Qualified Subchapter S Subsidiary Corporations/Qualified Subchapter S Subsidiary LLC
If you have an interest in making your new Florida corporations a parent subsidiary (where one owns the other) our firm can help you with this. The normal fee is $95.00 dollars per qualification. If you want to take it a step further by having the corporations on one joint tax return we can accomplish this for an additional $85.00 per qualification. We invite you to educate yourself by taking the time to read about some of the tax planning opportunities that exist with regards to setting up a qualified subchapter S Subsidiary.
About 10 years ago the IRS and Treasury enacted regulations on qualified subchapter S subsidiaries (QSSSs). Prior to the new regulations under the Job Protection Act of 1996 (SBJPA), a C corporation that owned 80% or more of a subsidiary could not elect S status. The SBJPA changed that; now C corporations and affiliated groups may elect S status to give them increased latitude to segregate assets and liabilities into separate business lines without creating complex brother-sister relationships, while maintaining a single level of taxation. In addition, an S corporation can now acquire a C corporation without having to immediately liquidate it to maintain S status. Finally, the regulations provide simplified tax reporting; if an S corporation owns 100% of another corporation for which it makes a QSSS election, the Qualified Subchapter S Subsidiary (hereinafter qsss) becomes a disregarded entity. Thus, only one tax return has to be filed for both entities.
After the SBJPA, a C corporation can own 80% or more of another corporation and still elect S status. Further, an S parent doesn't have to elect QSSS status for all of its subsidiaries. However, if QSSS status is desired for a subsidiary, the parent must wholly own the subsidiary. The possibilities are almost infinite, depending on how many subsidiaries there are. The point, however, is that a C parent can own an 80%-or-more subsidiary, elect S status for itself and elect QSSS status for its wholly owned subsidiaries. To summarize this, if an S parent owns an 80%-or-more subsidiary, that subsidiary can be a C corporation, but cannot be a QSSS unless the parent wholly owns it. If the S parent owns 100% of the subsidiary, the QSSS election can be made. The QSSS then becomes a disregarded entity.
An S parent can also own the stock of C corporations. Prior to the SBJPA, an S corporation could not own 80% or more of a C corporation. Now, an S corporation may own any percentage of a C corporation and make a QSSS election for its wholly owned C corporation subsidiaries. However, in the past, an S corporation had to own 79.99% or less of a subsidiary to retain its S status. Now, it may own 80% or more of a C corporation's stock and still retain its S status. In addition, it may choose which subsidiaries it wants to be C corporations or QSSSs. Thus, if an S parent had two subsidiaries, the parent could elect QSSS status for one subsidiary and the other subsidiary could continue its C status. However, an S corporation cannot own a C corporation that retains its C corporation status, and then elect QSSS status for the C Corporation’s subsidiaries. The QSSS-S corporation chain must not be broken.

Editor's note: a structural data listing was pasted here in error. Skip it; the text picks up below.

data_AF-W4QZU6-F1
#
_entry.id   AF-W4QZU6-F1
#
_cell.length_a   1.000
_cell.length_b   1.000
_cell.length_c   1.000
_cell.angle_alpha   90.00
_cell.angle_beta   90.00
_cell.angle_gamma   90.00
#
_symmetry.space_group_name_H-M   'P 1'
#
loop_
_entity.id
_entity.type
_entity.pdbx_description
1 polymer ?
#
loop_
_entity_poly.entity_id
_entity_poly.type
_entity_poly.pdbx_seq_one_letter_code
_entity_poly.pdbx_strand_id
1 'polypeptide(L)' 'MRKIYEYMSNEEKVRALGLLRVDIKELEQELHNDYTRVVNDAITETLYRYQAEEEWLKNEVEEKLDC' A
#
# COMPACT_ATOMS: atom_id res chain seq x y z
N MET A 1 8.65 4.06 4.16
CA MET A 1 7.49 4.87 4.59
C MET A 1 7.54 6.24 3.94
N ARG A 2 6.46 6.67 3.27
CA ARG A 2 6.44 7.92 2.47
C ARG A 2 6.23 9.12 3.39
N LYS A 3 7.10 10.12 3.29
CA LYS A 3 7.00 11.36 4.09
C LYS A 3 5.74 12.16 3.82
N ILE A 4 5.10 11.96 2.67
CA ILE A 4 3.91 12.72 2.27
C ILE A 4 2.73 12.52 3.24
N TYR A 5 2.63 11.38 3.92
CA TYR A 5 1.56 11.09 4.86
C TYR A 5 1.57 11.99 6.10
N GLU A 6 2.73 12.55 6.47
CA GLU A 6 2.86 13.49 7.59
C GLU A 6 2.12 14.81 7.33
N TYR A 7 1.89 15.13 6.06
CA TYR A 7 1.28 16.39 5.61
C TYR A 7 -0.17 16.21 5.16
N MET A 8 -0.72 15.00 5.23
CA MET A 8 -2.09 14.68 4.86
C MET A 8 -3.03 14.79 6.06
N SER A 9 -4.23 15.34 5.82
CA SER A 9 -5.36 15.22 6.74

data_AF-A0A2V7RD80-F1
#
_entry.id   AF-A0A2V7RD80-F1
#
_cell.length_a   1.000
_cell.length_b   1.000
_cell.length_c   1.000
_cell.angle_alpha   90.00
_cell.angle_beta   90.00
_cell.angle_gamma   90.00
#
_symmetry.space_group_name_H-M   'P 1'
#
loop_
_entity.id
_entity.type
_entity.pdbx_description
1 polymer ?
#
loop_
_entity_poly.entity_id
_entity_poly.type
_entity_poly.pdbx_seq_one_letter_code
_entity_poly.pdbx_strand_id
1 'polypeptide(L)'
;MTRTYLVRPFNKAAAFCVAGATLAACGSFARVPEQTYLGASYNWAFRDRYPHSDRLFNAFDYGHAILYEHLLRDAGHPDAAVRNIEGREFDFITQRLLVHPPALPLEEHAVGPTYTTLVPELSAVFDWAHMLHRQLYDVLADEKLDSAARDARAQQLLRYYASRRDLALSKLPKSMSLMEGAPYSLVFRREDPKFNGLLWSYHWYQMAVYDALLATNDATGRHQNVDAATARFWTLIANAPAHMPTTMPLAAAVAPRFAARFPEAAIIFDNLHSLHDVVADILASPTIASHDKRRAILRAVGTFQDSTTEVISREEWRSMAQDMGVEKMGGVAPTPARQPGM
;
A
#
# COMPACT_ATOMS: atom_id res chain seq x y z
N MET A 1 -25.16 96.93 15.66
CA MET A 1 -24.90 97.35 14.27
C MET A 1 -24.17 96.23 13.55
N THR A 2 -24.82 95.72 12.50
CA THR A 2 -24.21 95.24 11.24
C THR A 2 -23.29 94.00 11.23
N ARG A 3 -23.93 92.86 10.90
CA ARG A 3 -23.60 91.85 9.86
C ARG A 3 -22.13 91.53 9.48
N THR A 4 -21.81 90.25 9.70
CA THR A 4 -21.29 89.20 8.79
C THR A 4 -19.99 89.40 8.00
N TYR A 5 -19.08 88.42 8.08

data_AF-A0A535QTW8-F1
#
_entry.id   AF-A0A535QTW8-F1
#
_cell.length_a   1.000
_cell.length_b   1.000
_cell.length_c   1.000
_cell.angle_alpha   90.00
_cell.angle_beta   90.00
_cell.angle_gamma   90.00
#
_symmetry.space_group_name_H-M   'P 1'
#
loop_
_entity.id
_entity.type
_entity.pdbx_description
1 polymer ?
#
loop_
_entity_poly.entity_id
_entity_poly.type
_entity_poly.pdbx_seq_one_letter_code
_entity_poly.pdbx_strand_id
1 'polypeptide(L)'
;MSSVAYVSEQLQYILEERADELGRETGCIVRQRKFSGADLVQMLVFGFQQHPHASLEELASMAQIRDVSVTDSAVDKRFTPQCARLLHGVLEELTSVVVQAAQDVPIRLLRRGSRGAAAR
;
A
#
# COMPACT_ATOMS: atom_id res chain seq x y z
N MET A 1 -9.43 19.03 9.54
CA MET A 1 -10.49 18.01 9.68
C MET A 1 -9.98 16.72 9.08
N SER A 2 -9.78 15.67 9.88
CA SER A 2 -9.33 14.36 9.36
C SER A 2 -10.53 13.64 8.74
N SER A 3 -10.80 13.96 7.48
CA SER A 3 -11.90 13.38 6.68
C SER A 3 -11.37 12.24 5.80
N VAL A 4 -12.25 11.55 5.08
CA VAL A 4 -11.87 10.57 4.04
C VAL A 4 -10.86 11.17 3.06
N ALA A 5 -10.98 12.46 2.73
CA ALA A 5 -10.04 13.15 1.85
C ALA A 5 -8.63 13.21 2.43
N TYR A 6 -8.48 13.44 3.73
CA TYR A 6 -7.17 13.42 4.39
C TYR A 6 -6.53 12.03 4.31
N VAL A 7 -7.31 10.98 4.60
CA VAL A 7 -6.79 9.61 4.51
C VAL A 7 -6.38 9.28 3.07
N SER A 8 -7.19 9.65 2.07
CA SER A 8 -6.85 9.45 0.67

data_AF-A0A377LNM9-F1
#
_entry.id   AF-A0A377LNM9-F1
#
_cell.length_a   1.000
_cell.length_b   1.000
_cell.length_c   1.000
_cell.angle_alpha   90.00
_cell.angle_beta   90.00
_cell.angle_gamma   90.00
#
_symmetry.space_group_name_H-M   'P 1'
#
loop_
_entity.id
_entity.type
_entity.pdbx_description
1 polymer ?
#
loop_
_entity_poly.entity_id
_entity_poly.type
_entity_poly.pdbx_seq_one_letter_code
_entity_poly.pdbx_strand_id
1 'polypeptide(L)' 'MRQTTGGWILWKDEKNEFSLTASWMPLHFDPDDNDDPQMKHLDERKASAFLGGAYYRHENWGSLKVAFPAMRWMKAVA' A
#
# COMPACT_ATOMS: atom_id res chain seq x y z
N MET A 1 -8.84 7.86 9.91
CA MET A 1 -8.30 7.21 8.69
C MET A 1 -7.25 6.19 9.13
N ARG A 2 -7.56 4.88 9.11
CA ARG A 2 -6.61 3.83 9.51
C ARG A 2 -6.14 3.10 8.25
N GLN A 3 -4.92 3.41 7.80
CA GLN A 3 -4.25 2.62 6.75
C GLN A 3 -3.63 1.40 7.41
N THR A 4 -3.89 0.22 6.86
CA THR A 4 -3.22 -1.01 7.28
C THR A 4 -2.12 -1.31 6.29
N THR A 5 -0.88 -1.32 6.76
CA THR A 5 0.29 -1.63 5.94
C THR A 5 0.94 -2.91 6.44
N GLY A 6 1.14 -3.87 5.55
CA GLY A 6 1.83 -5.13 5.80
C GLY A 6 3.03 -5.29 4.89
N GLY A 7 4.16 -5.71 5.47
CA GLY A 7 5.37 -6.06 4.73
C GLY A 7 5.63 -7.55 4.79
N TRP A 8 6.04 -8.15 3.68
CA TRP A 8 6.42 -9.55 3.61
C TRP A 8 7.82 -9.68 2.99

QSSS eligibility requirements are as follows. A QSSS may only be a domestic corporation, not a foreign corporation. Second, prior to a QSSS election being effective, the S corporation must own 100% of the domestic corporation and must make an election to treat it as a QSSS. In addition, certain domestic corporations may not be treated as QSSSs, under Sec. 1361(b)(2): (1) a financial institution that uses the reserve method of accounting for bad debts, (2) an insurance company, (3) a corporation to which a Sec. 936 election applies (Puerto Rico and possessions tax credit) and (4) a domestic international sales corporation (DISC) or former DISC.
Regarding the Stock issue of a QSSS, there is no requirement that a QSSS have only a single class of stock. As we all know, for an S parent to be an S corporation in the first place, it can have only one class of stock outstanding. For example, an S corporation cannot have outstanding preferred stock. The only difference that may exist between classes of stock is in voting rights. However, a QSSS apparently can have two classes of stock. For example, the parent can own 100% of the QSSS's common stock and theoretically, own 100% of the preferred stock--the corporation would still qualify as a QSSS. This provides for some tax planning opportunities. For example, if there is an eventual plan for the parent to sell preferred stock in the future, the capital structure could be set up without violating the QSSS rules. Thus, A QSSS can have more than one class of stock.
There are many ways to divide an S corporation into natural business lines do not hesitate to call The Law Offices of Nick Spradlin PLLC to make this happen the safest way for your ventures.